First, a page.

Amber Heard has been found liable for damages for defaming her ex-husband Johnny Depp.
The seven-person jury reach a decision around 3:20 p.m. on June 1 after deliberating for a cumulative 12 hours over three days.
Heard has been ordered to pay $15 million in damages. However, $5 million of that amount applies to punitive damages, which the state caps at $350,000.
In Heard’s countersuit, Depp was found liable for damages on one of three counts of defamation.
Depp was not present in the courtroom at the time the verdict was read, although he did teleconference in from the United Kingdom.
Depp filed a defamation lawsuit against Heard for $50 million after alleging the op-ed she authored for The Washington Post damaged his reputation.
His legal team said the actress presented herself as a “public figure representing domestic abuse,” which had financial consequences for her ex-husband even though it never specifically included his name.
Heard countersued for $100 million. Her lawyers argued that Depp’s attorney defamed her by saying her domestic violence allegations were false.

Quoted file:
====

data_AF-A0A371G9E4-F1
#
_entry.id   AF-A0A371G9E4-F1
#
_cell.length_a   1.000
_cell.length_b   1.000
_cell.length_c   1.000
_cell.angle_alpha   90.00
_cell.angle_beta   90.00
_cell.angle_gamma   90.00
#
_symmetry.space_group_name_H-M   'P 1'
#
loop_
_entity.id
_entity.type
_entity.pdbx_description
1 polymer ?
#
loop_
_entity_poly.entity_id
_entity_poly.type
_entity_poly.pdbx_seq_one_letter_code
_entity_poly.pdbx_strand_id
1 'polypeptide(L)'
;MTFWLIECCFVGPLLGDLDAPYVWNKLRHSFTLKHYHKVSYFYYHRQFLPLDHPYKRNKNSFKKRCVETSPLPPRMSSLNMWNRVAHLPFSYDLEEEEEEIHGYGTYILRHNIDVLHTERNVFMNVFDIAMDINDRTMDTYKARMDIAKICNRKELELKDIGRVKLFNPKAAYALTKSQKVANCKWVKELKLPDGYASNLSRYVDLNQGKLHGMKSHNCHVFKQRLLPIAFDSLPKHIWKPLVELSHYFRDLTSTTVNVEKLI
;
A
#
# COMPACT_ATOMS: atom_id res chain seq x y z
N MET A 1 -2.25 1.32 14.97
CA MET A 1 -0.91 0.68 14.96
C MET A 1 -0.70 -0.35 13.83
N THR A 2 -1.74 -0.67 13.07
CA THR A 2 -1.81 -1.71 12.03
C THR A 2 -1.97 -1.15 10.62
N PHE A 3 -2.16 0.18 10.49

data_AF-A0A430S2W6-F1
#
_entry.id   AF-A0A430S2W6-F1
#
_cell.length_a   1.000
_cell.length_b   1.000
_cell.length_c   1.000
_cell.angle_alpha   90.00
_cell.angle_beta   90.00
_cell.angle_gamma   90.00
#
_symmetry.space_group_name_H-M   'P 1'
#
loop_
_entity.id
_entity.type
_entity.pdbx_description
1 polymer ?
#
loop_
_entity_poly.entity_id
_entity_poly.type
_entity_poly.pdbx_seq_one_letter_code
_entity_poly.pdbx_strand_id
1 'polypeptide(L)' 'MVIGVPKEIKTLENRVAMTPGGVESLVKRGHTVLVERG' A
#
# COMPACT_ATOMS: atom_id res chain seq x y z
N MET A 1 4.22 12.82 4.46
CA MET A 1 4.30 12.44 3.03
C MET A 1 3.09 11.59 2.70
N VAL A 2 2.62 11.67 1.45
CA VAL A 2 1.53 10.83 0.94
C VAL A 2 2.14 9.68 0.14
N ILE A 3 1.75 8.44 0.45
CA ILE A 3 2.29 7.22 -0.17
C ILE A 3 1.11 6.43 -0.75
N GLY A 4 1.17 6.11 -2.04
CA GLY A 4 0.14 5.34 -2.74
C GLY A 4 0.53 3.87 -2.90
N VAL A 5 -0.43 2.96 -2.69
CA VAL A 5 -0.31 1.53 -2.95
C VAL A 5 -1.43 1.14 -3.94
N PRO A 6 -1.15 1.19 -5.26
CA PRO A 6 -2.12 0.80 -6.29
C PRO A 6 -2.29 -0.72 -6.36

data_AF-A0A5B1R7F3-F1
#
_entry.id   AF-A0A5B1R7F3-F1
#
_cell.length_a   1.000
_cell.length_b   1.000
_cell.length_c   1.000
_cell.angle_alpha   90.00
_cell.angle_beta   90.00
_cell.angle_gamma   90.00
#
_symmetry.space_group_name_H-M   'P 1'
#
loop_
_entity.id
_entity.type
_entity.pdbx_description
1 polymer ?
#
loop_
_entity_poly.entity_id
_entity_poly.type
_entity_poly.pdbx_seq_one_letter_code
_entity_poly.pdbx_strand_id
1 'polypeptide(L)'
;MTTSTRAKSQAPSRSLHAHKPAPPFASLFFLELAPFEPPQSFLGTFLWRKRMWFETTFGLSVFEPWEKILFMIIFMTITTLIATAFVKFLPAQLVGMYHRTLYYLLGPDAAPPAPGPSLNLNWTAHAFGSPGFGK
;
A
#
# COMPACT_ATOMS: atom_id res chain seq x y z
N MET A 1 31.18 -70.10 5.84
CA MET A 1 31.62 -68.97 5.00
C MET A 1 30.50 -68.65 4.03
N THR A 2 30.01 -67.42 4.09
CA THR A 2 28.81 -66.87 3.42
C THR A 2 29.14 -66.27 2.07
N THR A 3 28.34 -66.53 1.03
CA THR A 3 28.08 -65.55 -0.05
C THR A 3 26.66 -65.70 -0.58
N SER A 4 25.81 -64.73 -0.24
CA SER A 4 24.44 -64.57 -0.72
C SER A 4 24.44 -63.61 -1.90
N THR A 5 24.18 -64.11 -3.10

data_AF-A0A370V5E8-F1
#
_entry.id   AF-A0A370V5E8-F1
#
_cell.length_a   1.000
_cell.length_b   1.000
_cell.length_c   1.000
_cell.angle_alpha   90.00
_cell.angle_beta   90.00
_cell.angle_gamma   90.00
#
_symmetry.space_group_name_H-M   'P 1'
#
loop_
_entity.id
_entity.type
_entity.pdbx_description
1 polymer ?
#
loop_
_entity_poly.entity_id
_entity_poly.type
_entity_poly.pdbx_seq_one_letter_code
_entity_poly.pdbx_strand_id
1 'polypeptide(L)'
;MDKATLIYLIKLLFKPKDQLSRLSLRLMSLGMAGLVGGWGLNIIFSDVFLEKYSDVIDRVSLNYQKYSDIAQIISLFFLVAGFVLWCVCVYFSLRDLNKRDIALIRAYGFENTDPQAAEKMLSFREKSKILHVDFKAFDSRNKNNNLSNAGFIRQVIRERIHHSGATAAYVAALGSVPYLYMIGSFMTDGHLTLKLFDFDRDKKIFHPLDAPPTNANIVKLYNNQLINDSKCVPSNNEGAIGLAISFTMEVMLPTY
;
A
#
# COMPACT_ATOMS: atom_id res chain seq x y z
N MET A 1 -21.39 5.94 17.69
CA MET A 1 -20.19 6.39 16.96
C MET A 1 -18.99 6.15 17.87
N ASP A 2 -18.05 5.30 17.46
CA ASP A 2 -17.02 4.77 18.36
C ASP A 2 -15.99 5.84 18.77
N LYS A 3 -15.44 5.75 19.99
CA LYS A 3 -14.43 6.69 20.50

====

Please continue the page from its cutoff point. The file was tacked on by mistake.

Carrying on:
The six-week trial concluded on May 27. Because the Post’s servers are located in Virginia, the trial took place in Fairfax County Circuit Court.
A number of people testified on behalf of both parties, including their sisters and supermodel Kate Moss.
Juries in defamation cases are asked to consider if a defendant acted with “actual malice,” meaning that he or she knew their statements were false or that they acted with reckless disregard for the truth.
“The jury was instructed to focus its deliberation not only on whether there was abuse but also whether Heard’s op-ed piece can be considered legally defamatory,” reports CBS News. “The article itself focuses mostly on policy questions of domestic violence, but Depp’s lawyer point to two passages in the article, as well as an online headline that they say defamed Depp.”
Heard and Depp met while filming 2011’s The Rum Diaries. The couple’s contentious divorce took place in 2016.
Editor’s Note: A previous version of this article incorrectly said that Heard was “guilty,” which is an inaccurate term.